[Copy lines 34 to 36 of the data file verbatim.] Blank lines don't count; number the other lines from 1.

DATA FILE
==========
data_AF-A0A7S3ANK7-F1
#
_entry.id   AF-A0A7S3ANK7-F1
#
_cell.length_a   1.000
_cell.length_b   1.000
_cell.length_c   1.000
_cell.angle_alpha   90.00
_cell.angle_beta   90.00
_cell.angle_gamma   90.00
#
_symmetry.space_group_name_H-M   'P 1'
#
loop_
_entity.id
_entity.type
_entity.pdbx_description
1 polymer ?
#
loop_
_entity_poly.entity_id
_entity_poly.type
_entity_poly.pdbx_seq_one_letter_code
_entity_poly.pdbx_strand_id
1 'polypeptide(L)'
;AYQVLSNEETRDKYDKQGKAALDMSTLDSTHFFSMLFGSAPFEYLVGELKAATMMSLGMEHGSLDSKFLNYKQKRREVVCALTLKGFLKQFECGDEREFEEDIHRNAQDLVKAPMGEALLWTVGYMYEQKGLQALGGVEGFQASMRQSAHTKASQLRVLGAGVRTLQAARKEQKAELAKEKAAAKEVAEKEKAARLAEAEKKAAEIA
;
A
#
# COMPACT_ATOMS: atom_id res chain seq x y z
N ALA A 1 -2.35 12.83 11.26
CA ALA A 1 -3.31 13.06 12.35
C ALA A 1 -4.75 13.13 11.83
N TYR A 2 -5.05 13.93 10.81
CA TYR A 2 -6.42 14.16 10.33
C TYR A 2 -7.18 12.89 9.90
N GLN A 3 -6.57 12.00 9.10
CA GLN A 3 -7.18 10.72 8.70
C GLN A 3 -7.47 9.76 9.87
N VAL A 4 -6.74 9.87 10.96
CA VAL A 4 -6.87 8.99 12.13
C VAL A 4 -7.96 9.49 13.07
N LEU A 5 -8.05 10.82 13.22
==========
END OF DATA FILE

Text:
N TYR A 2 -5.05 13.93 10.81
CA TYR A 2 -6.42 14.16 10.33
C TYR A 2 -7.18 12.89 9.90